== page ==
In my messages/emails, I showed empathy at the end by giving them a clear exit if they don’t have time to respond or were uninterested in my pursuit. Ex: I understand that you get such an inbound request all the time, and If you have read my email this far, it means a lot to me. I am not in a rush to do this. Thanks in advance.

Two books, which really helped in understanding the purpose and mission, and being comfortable with rejections, are The Art of Possibility: Transforming Professional and Personal Life and The Power of Moments: Why Certain Experiences Have Extraordinary Impact.

I started capturing each cold pitch that worked for me in my go-to Evernote. To inspire you that it’s possible to make this happen from zero level, I’ve copied some pitches below. Nobody wants to be enrolled in a podcast; therefore, I had to create a mission and purpose around it, because we all human beings want to be part of a bigger purpose. I am glad to share that this little show is helping some people live a fulfilled and abundant life and they are the source of ripple effects.

Template 1:

“Hello X, I hope you are well and I will be brief here.

My name is Nishant. I’m originally from India and now live in Austin, Texas, USA. I am an Engineer and the Podcast host of the show “The Nishant Garg Show” where I invite world-class experts including Researchers, Psychologists, Business Tycoons, Mindfulness Experts, etc,  to share tools and practices to improve the quality of life. I am on a mission to help people live a fulfilled life and live more mindfully.

You have been on my mind for a while and have heard about you many times on Tim Ferriss and The Trauma Therapist Podcast. Thank you for making a difference in society.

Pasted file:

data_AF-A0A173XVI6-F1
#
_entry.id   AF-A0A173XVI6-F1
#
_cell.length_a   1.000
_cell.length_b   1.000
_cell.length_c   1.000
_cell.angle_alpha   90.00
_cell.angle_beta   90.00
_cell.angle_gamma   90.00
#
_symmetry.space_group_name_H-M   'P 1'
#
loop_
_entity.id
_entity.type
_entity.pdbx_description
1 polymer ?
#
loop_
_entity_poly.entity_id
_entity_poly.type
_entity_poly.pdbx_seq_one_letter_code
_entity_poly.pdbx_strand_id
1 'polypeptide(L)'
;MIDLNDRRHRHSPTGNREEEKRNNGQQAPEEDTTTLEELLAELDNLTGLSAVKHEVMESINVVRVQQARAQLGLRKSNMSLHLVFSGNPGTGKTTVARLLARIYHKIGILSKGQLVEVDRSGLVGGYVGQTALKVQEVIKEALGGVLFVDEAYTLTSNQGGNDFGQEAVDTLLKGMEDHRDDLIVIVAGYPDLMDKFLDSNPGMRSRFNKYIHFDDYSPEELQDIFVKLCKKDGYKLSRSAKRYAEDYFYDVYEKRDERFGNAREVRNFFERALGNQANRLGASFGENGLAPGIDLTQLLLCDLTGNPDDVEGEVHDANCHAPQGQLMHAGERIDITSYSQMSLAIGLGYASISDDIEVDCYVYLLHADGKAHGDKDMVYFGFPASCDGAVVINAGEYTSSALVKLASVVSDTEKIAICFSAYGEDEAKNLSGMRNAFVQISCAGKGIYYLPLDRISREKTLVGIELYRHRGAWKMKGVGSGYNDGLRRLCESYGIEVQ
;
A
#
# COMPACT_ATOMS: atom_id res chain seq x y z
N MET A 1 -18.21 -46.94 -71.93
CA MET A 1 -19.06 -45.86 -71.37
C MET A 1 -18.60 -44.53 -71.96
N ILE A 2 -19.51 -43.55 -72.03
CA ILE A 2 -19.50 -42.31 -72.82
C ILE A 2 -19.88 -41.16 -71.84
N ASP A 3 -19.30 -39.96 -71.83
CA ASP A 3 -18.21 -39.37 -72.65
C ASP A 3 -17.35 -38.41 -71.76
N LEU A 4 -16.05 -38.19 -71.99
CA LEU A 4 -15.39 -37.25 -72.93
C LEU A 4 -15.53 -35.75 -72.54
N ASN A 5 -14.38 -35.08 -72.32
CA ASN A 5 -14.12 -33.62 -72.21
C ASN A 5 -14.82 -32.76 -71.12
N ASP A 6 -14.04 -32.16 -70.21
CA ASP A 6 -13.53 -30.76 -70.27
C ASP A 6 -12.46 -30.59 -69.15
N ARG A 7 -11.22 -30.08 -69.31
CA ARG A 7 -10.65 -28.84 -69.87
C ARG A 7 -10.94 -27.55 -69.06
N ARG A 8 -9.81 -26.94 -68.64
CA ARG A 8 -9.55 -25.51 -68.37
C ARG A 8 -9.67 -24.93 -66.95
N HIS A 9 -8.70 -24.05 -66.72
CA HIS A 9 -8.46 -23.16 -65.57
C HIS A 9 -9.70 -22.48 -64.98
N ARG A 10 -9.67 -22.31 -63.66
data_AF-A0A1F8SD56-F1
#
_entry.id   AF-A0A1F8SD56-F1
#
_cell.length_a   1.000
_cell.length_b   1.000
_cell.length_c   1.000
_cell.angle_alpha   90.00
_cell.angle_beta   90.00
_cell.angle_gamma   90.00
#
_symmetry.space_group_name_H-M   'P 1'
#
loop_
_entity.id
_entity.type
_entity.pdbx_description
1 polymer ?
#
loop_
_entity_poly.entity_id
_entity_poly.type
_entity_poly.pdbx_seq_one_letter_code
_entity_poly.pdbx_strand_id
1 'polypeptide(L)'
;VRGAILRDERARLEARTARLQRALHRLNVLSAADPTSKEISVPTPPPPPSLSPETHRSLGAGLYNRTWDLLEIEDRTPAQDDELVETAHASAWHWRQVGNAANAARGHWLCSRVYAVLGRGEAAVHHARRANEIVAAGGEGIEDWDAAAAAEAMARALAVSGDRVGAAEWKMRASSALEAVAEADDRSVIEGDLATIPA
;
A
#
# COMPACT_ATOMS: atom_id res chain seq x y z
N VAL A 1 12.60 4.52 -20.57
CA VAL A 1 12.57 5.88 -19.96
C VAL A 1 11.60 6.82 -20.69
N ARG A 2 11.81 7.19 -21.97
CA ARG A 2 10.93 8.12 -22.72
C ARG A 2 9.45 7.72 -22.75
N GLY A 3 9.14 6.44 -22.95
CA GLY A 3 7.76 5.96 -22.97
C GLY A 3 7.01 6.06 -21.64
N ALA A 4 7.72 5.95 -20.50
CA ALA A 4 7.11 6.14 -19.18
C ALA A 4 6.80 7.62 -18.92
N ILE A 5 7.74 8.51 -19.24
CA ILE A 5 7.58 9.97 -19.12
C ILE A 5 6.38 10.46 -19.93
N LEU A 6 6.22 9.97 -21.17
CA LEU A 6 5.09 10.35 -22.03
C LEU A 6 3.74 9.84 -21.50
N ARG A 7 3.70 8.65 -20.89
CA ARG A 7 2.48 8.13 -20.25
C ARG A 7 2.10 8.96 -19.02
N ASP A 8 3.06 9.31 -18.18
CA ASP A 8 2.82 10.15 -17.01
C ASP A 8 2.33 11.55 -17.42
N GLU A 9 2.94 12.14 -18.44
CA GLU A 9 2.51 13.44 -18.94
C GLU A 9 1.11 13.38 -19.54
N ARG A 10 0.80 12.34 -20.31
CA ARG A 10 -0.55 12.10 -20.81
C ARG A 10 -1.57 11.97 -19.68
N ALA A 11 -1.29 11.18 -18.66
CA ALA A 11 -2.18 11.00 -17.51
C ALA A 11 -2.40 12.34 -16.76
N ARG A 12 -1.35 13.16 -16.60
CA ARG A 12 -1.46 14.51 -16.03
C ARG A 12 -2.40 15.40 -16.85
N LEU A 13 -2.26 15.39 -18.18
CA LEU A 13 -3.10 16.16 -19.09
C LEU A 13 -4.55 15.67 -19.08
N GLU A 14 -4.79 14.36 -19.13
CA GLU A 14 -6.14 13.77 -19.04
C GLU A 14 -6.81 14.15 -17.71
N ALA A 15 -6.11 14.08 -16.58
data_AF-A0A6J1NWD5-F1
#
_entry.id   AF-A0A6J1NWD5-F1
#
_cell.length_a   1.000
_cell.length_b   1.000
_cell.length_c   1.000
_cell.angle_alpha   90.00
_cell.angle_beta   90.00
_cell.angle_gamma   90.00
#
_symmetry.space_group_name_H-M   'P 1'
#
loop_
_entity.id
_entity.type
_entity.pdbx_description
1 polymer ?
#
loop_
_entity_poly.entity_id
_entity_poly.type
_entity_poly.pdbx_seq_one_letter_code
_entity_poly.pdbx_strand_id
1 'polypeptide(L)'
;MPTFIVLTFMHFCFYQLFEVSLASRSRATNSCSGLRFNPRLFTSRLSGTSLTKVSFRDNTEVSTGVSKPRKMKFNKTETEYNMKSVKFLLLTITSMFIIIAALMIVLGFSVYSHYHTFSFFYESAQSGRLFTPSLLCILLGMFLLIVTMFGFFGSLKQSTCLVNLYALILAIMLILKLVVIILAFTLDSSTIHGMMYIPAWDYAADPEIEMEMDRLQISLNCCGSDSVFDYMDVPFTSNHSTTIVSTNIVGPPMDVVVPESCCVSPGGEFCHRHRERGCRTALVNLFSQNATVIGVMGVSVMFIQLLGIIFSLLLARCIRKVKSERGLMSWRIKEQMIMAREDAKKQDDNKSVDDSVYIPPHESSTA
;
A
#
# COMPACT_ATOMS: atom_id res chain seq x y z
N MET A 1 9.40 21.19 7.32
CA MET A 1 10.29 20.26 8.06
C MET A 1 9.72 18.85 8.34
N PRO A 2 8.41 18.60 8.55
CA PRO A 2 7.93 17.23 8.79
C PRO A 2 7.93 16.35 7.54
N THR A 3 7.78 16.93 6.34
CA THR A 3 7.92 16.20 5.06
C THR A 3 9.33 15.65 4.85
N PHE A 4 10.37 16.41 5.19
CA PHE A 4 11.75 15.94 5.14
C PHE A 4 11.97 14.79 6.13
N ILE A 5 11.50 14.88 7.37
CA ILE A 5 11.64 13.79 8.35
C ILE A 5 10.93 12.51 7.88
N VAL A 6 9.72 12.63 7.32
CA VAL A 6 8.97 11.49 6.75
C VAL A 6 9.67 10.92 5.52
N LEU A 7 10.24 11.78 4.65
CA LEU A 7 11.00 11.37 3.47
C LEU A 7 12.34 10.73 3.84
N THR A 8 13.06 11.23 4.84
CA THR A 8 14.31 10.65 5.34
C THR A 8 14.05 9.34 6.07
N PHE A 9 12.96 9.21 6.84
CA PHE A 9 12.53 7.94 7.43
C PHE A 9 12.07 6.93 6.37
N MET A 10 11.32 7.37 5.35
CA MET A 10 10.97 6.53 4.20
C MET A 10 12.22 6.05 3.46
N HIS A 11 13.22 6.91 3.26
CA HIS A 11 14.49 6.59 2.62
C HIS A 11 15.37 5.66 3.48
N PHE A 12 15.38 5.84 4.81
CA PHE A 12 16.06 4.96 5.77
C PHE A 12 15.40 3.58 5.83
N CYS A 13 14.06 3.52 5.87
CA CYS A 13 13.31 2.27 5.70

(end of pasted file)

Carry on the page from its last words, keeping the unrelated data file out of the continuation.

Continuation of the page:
My intention from this email is to invite you to my podcast as a guest, and I’d be honored to have you join me in this mission and share your wisdom with the listeners. As of writing this email, I have published 112 episodes in just 10 months. I understand that you get such an inbound request all the time, and If you have read my email this far, it means a lot to me. I am not in a rush to do this. Thanks in advance.

Much Love to you and Gratitude.”

Continue reading “How I Approach Busy Powerful People and Influencers — Experimenting with Multiple Templates Included”

Sam Chase — Happiness is Subjective, Practical Mindfulness Talk, Secondary Trauma, Acknowledgement vs Gratitude, and More (#105)

There are a thousand ways to kneel and kiss the ground; there are a thousand ways to go home again.

– Rumi

Sam Chase designs and delivers programs in mindfulness, yoga and resilience for organizations nationwide. After studying Economics and English at Vanderbilt, he finished at the top of his class and went on to compete for the international Rhodes and Marshall scholarships. He won and then ultimately declined the award to pursue the work he continues today–exploring the science of the human mind and the tools that help people lead flourishing lives. He brings that study back to the real world through his work with organizations including the United Nations, the National Guard, Columbia Medical School, Brooklyn Hospital Center, The Department of Education, UBS, Bloomberg, American Express and numerous others.

Sam has facilitated the education of more than 1500 yoga and mindfulness teachers over the last decade, as a director, faculty and guest presenter in numerous teacher training programs. He is the author of Yoga & the Pursuit of Happiness, a book that bridges the ivory tower research and esoteric philosophy surrounding meditation in a down-to-earth style that helps everyday people build an accessible, transformative practice. He is certified to teach by the Kripalu Center for Yoga & Health, the largest yoga center in the nation, where he also holds a certificate in Positive Psychology. He received his Master’s Degree at Harvard University’s A.R.T. Institute.

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Topics we discuss:

  • Letting go of extravagant career
  • Kripalu yoga
  • Starting yoga at the age of 22
  • Advice to college students
  • Showing mindfulness to kids
  • Mindfulness may not be the answer for trauma
  • Mindfulness and Yoga is not a fashion statement
  • How to elevate happiness
  • Gratitude is not the only answer everytime
  • and much more!

The Nishant Garg Show: